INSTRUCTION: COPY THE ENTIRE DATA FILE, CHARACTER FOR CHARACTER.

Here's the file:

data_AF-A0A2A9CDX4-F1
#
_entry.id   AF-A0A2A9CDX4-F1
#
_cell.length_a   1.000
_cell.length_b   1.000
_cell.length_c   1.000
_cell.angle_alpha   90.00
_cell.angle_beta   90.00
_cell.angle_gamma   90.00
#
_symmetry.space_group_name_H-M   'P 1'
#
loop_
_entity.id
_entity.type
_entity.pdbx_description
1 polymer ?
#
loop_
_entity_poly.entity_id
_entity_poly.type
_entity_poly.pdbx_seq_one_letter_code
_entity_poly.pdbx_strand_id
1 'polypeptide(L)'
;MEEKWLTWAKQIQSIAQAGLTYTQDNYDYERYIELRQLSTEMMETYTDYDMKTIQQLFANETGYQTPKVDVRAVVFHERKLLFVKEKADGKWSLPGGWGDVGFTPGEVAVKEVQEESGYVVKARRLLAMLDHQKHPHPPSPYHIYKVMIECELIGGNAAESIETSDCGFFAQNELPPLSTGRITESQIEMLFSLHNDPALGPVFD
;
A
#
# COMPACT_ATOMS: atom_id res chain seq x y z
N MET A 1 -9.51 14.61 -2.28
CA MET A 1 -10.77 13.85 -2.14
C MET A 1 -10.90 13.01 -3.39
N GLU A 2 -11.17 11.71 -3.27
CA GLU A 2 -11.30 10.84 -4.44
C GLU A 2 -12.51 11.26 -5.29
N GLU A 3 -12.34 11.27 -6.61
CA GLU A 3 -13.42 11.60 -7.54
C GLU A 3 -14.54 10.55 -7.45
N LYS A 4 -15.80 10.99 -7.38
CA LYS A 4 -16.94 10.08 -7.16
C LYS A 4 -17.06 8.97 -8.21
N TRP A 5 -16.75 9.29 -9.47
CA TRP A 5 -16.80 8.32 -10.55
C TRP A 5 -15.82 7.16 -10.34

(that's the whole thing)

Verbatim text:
data_AF-A0A2A9CDX4-F1
#
_entry.id   AF-A0A2A9CDX4-F1
#
_cell.length_a   1.000
_cell.length_b   1.000
_cell.length_c   1.000
_cell.angle_alpha   90.00
_cell.angle_beta   90.00
_cell.angle_gamma   90.00
#
_symmetry.space_group_name_H-M   'P 1'
#
loop_
_entity.id
_entity.type
_entity.pdbx_description
1 polymer ?
#
loop_
_entity_poly.entity_id
_entity_poly.type
_entity_poly.pdbx_seq_one_letter_code
_entity_poly.pdbx_strand_id
1 'polypeptide(L)'
;MEEKWLTWAKQIQSIAQAGLTYTQDNYDYERYIELRQLSTEMMETYTDYDMKTIQQLFANETGYQTPKVDVRAVVFHERKLLFVKEKADGKWSLPGGWGDVGFTPGEVAVKEVQEESGYVVKARRLLAMLDHQKHPHPPSPYHIYKVMIECELIGGNAAESIETSDCGFFAQNELPPLSTGRITESQIEMLFSLHNDPALGPVFD
;
A
#
# COMPACT_ATOMS: atom_id res chain seq x y z
N MET A 1 -9.51 14.61 -2.28
CA MET A 1 -10.77 13.85 -2.14
C MET A 1 -10.90 13.01 -3.39
N GLU A 2 -11.17 11.71 -3.27
CA GLU A 2 -11.30 10.84 -4.44
C GLU A 2 -12.51 11.26 -5.29
N GLU A 3 -12.34 11.27 -6.61
CA GLU A 3 -13.42 11.60 -7.54
C GLU A 3 -14.54 10.55 -7.45
N LYS A 4 -15.80 10.99 -7.38
CA LYS A 4 -16.94 10.08 -7.16
C LYS A 4 -17.06 8.97 -8.21
N TRP A 5 -16.75 9.29 -9.47
CA TRP A 5 -16.80 8.32 -10.55
C TRP A 5 -15.82 7.16 -10.34